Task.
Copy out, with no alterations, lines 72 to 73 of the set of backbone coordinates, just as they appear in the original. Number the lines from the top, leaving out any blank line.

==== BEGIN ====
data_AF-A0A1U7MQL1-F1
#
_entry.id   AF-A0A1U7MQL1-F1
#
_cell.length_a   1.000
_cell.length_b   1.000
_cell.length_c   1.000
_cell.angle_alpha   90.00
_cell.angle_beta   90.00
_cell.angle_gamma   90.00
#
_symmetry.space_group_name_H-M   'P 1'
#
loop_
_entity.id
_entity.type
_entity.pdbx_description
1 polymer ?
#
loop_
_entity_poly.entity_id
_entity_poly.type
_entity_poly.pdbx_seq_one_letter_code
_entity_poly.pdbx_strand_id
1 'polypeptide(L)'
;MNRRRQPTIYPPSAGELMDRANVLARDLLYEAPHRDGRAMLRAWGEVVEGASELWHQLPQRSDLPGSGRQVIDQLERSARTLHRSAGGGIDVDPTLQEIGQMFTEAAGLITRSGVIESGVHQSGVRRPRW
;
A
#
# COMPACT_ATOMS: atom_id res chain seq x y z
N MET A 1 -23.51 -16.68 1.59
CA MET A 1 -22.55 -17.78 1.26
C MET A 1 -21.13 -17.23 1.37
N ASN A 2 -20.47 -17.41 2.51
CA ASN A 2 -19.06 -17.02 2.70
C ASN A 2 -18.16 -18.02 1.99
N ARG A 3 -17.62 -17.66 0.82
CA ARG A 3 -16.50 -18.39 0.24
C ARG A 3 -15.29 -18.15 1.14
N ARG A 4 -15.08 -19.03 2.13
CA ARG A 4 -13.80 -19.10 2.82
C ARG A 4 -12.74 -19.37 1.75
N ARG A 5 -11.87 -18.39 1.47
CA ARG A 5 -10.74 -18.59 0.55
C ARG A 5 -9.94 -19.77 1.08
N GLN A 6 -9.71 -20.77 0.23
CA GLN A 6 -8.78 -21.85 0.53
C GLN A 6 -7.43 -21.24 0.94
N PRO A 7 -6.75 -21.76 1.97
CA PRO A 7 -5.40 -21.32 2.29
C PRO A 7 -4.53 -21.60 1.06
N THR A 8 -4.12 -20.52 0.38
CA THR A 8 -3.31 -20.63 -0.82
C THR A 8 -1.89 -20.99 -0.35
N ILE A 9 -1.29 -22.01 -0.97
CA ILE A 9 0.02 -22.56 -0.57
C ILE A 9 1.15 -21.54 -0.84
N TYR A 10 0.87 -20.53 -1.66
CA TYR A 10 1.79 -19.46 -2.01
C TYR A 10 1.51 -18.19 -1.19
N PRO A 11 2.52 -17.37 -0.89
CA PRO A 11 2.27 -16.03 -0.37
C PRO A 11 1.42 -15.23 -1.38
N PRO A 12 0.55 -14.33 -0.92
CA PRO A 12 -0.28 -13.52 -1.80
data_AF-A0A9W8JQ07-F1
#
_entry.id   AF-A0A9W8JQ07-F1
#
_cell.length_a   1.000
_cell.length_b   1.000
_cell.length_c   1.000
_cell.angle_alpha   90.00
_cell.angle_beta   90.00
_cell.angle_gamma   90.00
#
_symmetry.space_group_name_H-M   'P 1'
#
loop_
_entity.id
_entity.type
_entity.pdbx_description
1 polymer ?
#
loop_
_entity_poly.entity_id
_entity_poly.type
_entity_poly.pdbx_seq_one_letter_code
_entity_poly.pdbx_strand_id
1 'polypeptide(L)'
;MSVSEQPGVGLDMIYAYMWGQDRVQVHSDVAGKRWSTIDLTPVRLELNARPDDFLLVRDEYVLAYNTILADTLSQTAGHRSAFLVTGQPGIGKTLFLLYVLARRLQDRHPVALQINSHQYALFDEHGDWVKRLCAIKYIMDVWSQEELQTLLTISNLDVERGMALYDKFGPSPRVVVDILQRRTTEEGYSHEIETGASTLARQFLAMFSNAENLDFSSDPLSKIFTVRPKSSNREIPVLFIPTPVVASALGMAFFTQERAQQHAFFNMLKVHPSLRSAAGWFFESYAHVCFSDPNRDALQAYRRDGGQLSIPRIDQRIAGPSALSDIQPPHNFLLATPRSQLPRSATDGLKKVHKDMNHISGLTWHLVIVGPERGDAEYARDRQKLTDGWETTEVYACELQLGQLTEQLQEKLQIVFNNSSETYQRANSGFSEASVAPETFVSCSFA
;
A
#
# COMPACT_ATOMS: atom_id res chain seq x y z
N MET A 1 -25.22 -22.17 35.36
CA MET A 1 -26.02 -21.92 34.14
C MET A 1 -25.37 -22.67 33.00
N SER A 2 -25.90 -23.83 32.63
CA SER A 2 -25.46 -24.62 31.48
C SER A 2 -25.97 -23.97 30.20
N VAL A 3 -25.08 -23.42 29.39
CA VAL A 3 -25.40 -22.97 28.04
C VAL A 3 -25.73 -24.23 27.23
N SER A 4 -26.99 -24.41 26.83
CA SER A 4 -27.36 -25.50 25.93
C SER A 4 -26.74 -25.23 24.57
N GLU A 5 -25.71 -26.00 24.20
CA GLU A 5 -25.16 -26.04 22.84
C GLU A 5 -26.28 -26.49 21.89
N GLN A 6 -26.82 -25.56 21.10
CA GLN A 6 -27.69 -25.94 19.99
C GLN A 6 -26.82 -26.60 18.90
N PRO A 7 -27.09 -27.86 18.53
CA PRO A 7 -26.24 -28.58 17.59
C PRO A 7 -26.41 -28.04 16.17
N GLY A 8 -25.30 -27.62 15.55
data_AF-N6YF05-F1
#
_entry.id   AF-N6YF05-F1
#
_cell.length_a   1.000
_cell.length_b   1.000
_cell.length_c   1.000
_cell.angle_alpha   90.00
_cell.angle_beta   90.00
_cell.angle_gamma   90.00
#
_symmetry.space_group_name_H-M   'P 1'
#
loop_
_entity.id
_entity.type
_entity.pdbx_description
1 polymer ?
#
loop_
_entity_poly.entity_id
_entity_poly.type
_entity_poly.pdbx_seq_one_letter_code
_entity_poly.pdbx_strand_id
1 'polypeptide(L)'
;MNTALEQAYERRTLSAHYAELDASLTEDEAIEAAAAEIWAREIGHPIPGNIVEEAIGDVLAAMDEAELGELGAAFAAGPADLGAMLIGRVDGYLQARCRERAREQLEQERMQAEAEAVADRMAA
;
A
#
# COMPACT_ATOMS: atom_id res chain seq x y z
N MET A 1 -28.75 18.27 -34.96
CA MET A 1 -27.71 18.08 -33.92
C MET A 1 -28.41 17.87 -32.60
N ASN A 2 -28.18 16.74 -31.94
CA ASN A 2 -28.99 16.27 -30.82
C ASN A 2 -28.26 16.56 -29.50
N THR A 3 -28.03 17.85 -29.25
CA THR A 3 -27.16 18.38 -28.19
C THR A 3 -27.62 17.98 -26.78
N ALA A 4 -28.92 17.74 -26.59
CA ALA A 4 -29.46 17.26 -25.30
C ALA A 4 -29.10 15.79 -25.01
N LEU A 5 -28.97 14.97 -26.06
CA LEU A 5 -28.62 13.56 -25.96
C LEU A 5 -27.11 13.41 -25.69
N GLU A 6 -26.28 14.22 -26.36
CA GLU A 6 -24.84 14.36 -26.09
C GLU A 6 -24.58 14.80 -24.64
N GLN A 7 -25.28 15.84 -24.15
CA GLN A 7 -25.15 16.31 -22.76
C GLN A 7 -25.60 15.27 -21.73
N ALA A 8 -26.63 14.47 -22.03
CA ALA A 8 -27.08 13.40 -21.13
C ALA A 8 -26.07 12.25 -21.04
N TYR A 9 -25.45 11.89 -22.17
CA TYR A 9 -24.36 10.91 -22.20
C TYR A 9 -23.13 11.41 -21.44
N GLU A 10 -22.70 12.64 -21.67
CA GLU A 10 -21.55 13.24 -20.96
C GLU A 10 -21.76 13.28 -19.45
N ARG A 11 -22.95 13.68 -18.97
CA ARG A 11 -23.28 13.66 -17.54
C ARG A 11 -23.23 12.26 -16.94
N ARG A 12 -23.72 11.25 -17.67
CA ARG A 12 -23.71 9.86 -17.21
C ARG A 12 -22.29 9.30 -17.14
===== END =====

_cell.length_c   1.000
_cell.angle_alpha   90.00